Flandres Bay (Sun., 5/30/10) – A night in the life of a Palmer M.T

As I write it’s nearly 10:30 in the morning and I’m on latte number 2 (each with two shots of espresso).

I should also mention my green tea, three bottles of water, two slices of pizza, a bagel, and a delicious bowl of oatmeal.   I want you to know that I’m not alone in my seemingly voracious morning appetite.  I’ve been awake since 11:45 pm last night.  Ohh, some chocolate too, but the quantities aren’t really that important.


I’m on day, 22, or so, of my new job as a marine tech (technician, for long).  I’m one of five MT’s on board with two honorary MT’s that also share their time with being the Marine Science Technician (Lily) and the Program Marine Coordinator (Head Pooba – Jamee).  It may look like we have lots of important meetings over Latte’s and Mates, and well yes… it’s true.  We could tell you about all of the secret handshakes and other worldly important business… but,  they would no longer be secret if we did that, so… we’ll just give you a taste of a day in the life.


At midnight, us night shifters wake up for our first meal of the day, and the noon to midnight shifters’ last meal.  It’s referred to as mid-rats… short for midnight rations, but since I really don’t like rats, I try not to refer to it at all.  Rather, I wake up to my alarm at 11:45,  run a toothbrush over my furry teeth, pull on the same outfit that I’ve worn every other day for the month, and attempt to be slightly awake as I fumble my way into the semi full galley.


At the galley we get the “low –down” from our fellow MT’s Mark and Dan.  It often consists of  “they’ll be a couple of CTD’s” (short for Conductivity, Temperature and Density.. a rosette – metal pipe cylinder with instruments  – that goes to the depths of the ocean and returns with tales of salinity, temperature and other wonders).  I understand that they used to be called Salinity, Temperature and Density, but for some reason they changed the name.   Dan and Mark also tell us if we are going to launch one, two or three zodiacs, the weather, projects that need to get done, or all of the fun things that have gone on over the last 12 hours that we have somehow slept through.  (This category includes the TV series Weeds – that they all talk about and us night shifters don’t have a clue about.  It also includes so called “science meetings” that seem to be a time when the Head Scientist Dug throws chocolate eggs around the room (in an Easter bunny suit?), and other fun events; ping pong tournaments, late night saunas, film festivals, the list goes on.


You have to be hearty to work at night, we’ve decided.  It’s a small, elite crew of the rugged, and you better like eggs too.  They are served at most every meal.  We try hard not to suffer from F.O.M.O.,  a common disease for most night watchers.  It stands for “fear of missing out”.


After the meal that I don’t refer to, my watch mate, Jeremy, and I flip-flop CTD’s.  Flip flopping refers to the fact that one of us works the deployment, while one of us works on projects, or say, birthday gifts for their upcoming watch-mates’ birthday.  And then vice-versa when the next time to deploy comes.  Our job for deployment is a short stint of running hydraulics that open up a very large side door in the ship (yes, we tell the person driving the ship before we do this) and the careful deployment and winch operation by Ben or Danny our night shift AB’s (able bodied seamen, who are more than able.. they are very very capABLE seamen).  If there is ice outside this job requires making sure that the bergie bits don’t interfere with the cable.  If it’s clear, then we sit back, pay attention and read a book.  The CTD goes quite a ways down, (often 300 meters) so that our job lasts as long as the ocean is deep, then she comes on up, Jeremy and I flip-flop and it all happens over and over again.  Similar to a Ground Hogs Day.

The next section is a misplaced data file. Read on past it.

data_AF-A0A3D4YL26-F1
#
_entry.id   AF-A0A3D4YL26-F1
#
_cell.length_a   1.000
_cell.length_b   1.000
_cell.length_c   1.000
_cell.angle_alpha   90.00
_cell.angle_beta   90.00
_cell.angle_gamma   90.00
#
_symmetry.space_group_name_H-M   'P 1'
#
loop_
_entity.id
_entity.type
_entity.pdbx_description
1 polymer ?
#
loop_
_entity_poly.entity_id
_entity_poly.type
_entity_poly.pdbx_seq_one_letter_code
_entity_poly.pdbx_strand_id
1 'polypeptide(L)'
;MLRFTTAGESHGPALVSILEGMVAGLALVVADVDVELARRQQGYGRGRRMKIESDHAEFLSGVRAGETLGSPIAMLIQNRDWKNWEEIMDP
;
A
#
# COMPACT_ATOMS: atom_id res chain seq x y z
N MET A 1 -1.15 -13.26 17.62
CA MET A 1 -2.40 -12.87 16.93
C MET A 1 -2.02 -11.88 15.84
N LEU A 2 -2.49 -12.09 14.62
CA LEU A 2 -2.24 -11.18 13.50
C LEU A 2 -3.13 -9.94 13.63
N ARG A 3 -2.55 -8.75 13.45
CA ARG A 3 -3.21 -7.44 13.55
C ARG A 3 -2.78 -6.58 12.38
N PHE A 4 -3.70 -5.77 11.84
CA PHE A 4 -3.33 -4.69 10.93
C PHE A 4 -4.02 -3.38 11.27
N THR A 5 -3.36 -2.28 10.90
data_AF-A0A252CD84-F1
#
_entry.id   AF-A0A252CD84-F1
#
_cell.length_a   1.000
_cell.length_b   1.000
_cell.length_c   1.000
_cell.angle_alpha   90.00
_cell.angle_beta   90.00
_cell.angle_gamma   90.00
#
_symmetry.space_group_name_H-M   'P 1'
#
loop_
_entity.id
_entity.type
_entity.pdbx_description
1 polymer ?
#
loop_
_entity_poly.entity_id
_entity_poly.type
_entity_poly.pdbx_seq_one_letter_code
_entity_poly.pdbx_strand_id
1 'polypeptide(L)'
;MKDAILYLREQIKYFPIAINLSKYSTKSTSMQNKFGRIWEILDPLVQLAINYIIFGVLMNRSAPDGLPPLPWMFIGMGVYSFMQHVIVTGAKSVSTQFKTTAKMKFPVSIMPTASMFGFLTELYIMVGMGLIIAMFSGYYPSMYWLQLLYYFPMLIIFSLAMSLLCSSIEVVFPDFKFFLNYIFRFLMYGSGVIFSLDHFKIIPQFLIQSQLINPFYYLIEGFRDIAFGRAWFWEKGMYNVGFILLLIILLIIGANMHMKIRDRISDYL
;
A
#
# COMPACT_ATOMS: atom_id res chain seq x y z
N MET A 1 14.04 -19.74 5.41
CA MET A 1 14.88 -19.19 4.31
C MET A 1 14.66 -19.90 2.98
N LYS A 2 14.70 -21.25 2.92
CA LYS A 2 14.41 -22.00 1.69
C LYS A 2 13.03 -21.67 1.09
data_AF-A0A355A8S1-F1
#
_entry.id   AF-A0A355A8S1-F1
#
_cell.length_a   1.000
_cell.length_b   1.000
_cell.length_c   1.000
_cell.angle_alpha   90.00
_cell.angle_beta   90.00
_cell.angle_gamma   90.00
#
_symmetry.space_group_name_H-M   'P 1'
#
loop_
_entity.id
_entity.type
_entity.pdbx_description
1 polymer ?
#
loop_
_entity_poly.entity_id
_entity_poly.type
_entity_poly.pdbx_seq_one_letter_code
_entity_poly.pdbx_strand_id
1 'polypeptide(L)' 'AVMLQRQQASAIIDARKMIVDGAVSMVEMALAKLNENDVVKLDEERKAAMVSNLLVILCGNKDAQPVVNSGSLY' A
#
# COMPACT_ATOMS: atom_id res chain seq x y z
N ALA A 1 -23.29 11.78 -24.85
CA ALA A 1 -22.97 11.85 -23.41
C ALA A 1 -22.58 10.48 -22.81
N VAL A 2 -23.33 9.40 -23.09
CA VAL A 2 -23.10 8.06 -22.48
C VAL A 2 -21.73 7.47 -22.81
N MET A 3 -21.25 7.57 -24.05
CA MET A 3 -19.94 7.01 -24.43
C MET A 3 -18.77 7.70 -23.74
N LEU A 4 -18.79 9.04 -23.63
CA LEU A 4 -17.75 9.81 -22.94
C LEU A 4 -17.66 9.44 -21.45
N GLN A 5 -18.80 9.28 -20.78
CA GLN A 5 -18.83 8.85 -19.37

As a waypoint in the darkness of the night watch we meet for four o’clock toast.  Although we really meet at 4:15 (am, that is).  Salads and light meals are saved from various other meals, and camaraderie and food are enjoyed by the krill watch (Eric, Salina, and Joy), the ET’ers (not extraterrestrial, electronic techs) Sheldon and Kathy, Jerry from the Engine Room and Brandon from the bridge.  Peter seems to work harder than the rest of us, and we have not yet enticed him to toasting.  We hope he’ll reconsider.  Toast topics have included learning about rodeo bulls from Brandon (He raises them in Texas), Joys aversion to dating people out of her age bracket (she’s in her mid-twenties), the miracle of Siamese bananas (documented by Salina), and a few harrowing dog mushing tales from my past life.


After toast o’clock it’s time for Jeremy and I to get to business.  It may seem that the zodiacs magically appear like wrapped Christmas packages delivered by Santa every morning.  But no, the elves have been busy.  Dressed in orange smocks, with snowy white hats; filling up gas tanks, packing lunches (thank you Nestor and Louie), filling up hot (hopefully) thermoses, shuffling gear, unracheting straps, hustling, bustling, whistling and snow ball throwing.  The krill crew, sadly deprived of midnight mocness trawls (as of late), have recently joined in the outdoor fun.  Shoveling walk ways, sweeping off boats, the whole nine yards.


By  6:15 a.m. or so the barista (Jeremy) is twitchy with anticipation of his morning duties.  Have you wondered why the MPC latte machine is always ready to go in the morning? Wondered why there is always a supply of nonfat, and full fat milk? It’s J. Lucke himself… foaming up the fluffy lattes for the a.m. coffee clutch.  The day shifting MT’s (Lily and Julie) bleary eyed and mumbling coffee, coffee come wandering down to Jamee’s office by 6:30.  The first three to arrive get the squeeze on the love seat., Maria, Joe and the rest of the crew have to settle for counter space.  Jamee settles into her Americano at her desk.  The tales, and teases of FOMO on both sides begin and the lattes dawn a new day (or something like that).